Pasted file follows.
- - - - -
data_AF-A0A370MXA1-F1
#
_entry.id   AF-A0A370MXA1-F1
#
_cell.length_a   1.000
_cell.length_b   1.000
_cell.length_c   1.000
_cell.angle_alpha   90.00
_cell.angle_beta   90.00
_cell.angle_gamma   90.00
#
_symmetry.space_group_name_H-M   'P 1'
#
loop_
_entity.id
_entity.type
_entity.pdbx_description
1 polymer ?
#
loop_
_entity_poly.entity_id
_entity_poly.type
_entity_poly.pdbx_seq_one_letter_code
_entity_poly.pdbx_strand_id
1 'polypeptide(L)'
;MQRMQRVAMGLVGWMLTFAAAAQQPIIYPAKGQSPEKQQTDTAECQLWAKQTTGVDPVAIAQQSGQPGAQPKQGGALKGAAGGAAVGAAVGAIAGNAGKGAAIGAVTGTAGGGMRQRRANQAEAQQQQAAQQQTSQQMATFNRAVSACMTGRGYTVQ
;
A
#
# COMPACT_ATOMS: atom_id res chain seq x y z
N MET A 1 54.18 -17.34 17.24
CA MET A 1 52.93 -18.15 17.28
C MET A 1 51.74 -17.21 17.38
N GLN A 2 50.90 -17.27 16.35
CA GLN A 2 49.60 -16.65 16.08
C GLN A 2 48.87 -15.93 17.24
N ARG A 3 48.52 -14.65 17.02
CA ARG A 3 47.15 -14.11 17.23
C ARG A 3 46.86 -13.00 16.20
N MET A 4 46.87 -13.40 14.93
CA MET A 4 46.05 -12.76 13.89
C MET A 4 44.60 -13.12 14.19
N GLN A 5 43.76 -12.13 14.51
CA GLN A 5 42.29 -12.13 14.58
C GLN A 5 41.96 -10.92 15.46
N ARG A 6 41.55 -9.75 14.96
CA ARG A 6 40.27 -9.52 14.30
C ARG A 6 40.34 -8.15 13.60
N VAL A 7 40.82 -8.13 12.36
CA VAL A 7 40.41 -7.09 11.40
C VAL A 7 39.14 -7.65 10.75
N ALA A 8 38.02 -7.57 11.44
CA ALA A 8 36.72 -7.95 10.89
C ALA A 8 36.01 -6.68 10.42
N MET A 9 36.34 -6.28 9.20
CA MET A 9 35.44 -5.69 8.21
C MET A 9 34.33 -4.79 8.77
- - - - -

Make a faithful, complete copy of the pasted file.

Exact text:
data_AF-A0A370MXA1-F1
#
_entry.id   AF-A0A370MXA1-F1
#
_cell.length_a   1.000
_cell.length_b   1.000
_cell.length_c   1.000
_cell.angle_alpha   90.00
_cell.angle_beta   90.00
_cell.angle_gamma   90.00
#
_symmetry.space_group_name_H-M   'P 1'
#
loop_
_entity.id
_entity.type
_entity.pdbx_description
1 polymer ?
#
loop_
_entity_poly.entity_id
_entity_poly.type
_entity_poly.pdbx_seq_one_letter_code
_entity_poly.pdbx_strand_id
1 'polypeptide(L)'
;MQRMQRVAMGLVGWMLTFAAAAQQPIIYPAKGQSPEKQQTDTAECQLWAKQTTGVDPVAIAQQSGQPGAQPKQGGALKGAAGGAAVGAAVGAIAGNAGKGAAIGAVTGTAGGGMRQRRANQAEAQQQQAAQQQTSQQMATFNRAVSACMTGRGYTVQ
;
A
#
# COMPACT_ATOMS: atom_id res chain seq x y z
N MET A 1 54.18 -17.34 17.24
CA MET A 1 52.93 -18.15 17.28
C MET A 1 51.74 -17.21 17.38
N GLN A 2 50.90 -17.27 16.35
CA GLN A 2 49.60 -16.65 16.08
C GLN A 2 48.87 -15.93 17.24
N ARG A 3 48.52 -14.65 17.02
CA ARG A 3 47.15 -14.11 17.23
C ARG A 3 46.86 -13.00 16.20
N MET A 4 46.87 -13.40 14.93
CA MET A 4 46.05 -12.76 13.89
C MET A 4 44.60 -13.12 14.19
N GLN A 5 43.76 -12.13 14.51
CA GLN A 5 42.29 -12.13 14.58
C GLN A 5 41.96 -10.92 15.46
N ARG A 6 41.55 -9.75 14.96
CA ARG A 6 40.27 -9.52 14.30
C ARG A 6 40.34 -8.15 13.60
N VAL A 7 40.82 -8.13 12.36
CA VAL A 7 40.41 -7.09 11.40
C VAL A 7 39.14 -7.65 10.75
N ALA A 8 38.02 -7.57 11.44
CA ALA A 8 36.72 -7.95 10.89
C ALA A 8 36.01 -6.68 10.42
N MET A 9 36.34 -6.28 9.20
CA MET A 9 35.44 -5.69 8.21
C MET A 9 34.33 -4.79 8.77